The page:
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    Tudor and Stuart Suffolk

    £20.00
    ISBN: 9781859360781
    AuthorGordon Blackwood
    Pub Date10/05/2007
    BindingHardback
    Pages384
    Availability: In Stock

    This superb contribution to UK history covers topics as varied as population, government, the Church, witch-hunting, the Interregnum, the Dissolution of the Monasteries, and the Restoration. Throughout Suffolk the legacy of the events of the sixteenth and seventeenth centuries is still clear. In towns such as Lavenham it is there in the architecture; picturesque wool halls tell of the economic activity which sustained the county; grand houses are testament to the numerical rise of the gentry during the period; and there are many ecclesiastical monuments to the devout religious beliefs of the local population. However, these surviving reminders of the period tell of only a small part of the story. In this important book, which is the fruit of many years of research and writing, eminent historian Dr Gordon Blackwood looks at what made Suffolk unusual, comparing it with other English counties, and how the period helped to shape the county we see today, and to maintain a sense of perspective, events and personalities are placed in a national context. Dr Blackwood's book uses a wide variety of sources and the text is complemented throughout by 76 illustrations and 21 maps.
    `Tudor and Stuart Suffolk' makes a significant contribution to the body of literature on the early modern history of England and is intended to appeal to the general reader as well as to the specialist of the period.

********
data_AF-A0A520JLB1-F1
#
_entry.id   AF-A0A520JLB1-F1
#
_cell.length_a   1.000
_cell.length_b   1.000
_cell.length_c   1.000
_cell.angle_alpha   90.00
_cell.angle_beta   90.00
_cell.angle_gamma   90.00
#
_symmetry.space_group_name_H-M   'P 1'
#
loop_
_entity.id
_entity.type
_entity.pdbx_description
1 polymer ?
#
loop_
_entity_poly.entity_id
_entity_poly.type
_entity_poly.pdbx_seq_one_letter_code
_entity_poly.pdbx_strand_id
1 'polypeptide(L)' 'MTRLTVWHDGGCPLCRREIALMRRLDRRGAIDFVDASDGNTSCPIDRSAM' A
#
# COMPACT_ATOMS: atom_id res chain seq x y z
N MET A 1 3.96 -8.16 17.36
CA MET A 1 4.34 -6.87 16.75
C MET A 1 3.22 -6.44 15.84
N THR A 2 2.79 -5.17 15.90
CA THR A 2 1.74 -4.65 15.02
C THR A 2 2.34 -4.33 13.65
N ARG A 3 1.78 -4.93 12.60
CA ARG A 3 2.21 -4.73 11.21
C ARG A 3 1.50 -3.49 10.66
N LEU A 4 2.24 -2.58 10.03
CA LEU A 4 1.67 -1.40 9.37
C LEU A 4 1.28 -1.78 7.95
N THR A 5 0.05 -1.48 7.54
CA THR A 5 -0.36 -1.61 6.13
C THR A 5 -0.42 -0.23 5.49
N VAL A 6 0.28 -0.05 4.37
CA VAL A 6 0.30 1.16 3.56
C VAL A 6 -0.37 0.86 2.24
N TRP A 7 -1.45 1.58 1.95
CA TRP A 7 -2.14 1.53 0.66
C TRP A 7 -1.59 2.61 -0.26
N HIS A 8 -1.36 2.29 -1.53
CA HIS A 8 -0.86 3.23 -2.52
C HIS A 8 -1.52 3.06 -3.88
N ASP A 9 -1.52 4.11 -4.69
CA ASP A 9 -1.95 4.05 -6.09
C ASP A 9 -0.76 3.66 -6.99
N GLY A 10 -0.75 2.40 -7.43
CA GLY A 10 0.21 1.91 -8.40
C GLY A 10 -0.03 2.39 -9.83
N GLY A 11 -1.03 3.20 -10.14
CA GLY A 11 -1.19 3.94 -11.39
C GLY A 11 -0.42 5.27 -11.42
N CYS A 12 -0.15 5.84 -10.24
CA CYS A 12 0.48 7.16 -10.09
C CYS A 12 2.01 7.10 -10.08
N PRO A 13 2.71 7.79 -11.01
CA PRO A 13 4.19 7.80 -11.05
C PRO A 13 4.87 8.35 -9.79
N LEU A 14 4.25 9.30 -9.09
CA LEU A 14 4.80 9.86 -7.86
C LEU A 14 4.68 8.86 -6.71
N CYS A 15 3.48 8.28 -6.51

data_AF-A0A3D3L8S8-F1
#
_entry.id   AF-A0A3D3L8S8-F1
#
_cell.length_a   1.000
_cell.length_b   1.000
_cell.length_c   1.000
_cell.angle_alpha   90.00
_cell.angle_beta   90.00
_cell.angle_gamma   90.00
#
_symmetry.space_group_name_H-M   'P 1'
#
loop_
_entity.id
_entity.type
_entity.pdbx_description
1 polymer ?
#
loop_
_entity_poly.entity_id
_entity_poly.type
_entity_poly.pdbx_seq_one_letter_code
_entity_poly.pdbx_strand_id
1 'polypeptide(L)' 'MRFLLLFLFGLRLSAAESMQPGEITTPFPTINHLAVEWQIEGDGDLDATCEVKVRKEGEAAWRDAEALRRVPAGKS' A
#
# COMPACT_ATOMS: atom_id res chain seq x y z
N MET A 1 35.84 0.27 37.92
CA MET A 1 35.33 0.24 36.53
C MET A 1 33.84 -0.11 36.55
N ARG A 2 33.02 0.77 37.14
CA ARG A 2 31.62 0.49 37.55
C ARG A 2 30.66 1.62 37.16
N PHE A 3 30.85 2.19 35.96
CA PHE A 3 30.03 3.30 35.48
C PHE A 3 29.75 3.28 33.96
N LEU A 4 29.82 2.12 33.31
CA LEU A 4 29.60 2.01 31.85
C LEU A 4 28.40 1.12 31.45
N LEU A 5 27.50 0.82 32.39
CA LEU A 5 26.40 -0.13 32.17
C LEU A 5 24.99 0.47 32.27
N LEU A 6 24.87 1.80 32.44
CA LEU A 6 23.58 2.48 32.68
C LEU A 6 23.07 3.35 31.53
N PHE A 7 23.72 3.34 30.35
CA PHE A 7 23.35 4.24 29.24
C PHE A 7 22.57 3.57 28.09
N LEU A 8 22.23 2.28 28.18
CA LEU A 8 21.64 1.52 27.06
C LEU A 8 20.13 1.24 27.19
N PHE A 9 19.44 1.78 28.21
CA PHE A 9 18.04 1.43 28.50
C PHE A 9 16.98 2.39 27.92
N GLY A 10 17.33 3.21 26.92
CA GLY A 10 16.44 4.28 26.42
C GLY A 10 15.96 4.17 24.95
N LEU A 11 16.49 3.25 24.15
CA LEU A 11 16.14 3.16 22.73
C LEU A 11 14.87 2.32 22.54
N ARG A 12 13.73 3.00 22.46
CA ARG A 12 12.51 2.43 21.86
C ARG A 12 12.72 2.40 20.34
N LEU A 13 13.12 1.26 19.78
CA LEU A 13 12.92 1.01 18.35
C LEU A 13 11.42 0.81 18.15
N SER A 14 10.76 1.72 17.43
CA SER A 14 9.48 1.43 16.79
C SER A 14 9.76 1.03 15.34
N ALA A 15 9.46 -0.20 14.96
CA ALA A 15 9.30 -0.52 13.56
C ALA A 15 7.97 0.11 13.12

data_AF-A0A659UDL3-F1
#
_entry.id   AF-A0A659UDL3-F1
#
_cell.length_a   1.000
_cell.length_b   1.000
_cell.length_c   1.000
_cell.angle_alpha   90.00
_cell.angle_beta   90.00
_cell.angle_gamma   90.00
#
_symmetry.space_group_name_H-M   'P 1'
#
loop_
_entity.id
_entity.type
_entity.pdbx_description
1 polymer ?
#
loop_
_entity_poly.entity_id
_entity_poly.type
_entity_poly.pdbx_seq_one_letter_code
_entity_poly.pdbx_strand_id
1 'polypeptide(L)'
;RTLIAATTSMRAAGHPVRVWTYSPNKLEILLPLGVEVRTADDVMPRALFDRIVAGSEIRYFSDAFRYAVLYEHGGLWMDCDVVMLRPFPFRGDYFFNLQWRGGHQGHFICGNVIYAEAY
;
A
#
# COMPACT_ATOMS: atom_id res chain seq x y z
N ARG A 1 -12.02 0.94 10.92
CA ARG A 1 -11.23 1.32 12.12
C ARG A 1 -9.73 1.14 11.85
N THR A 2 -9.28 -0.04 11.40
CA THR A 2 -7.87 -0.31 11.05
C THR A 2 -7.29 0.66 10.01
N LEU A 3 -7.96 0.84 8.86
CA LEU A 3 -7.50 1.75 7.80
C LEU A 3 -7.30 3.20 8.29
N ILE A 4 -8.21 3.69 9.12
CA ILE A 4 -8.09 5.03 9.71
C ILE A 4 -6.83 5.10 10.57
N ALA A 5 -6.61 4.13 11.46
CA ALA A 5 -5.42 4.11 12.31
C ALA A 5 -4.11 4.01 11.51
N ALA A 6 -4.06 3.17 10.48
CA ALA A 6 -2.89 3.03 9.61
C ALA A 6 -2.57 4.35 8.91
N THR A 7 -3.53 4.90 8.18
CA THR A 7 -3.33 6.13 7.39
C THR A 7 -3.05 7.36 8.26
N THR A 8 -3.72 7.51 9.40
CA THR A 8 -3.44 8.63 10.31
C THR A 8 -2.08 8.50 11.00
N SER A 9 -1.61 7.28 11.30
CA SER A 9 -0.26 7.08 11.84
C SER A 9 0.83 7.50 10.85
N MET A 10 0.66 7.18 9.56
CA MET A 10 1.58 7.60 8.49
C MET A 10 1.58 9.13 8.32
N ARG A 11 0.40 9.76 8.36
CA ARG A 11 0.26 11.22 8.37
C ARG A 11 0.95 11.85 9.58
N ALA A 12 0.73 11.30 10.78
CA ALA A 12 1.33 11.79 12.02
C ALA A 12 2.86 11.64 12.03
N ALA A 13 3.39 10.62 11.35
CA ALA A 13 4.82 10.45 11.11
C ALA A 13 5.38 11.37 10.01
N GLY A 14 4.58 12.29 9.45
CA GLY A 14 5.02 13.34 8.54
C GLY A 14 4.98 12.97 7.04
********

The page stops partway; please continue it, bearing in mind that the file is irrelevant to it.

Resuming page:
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    This superb contribution to UK history covers topics as varied as population, government, the Church, witch-hunting, the Interregnum, the Dissolution of the Monasteries, and the Restoration. Throughout Suffolk the legacy of the events of the sixteenth and seventeenth centuries is still clear. In towns such as Lavenham it is there in the architecture; picturesque wool halls tell of the economic activity which sustained the county; grand houses are testament to the numerical rise of the gentry during the period; and there are many ecclesiastical monuments to the devout religious beliefs of the local population. However, these surviving reminders of the period tell of only a small part of the story. In this important book, which is the fruit of many years of research and writing, eminent historian Dr Gordon Blackwood looks at what made Suffolk unusual, comparing it with other English counties, and how the period helped to shape the county we see today, and to maintain a sense of perspective, events and personalities are placed in a national context. Dr Blackwood's book uses a wide variety of sources and the text is complemented throughout by 76 illustrations and 21 maps.
    `Tudor and Stuart Suffolk' makes a significant contribution to the body of literature on the early modern history of England and is intended to appeal to the general reader as well as to the specialist of the period.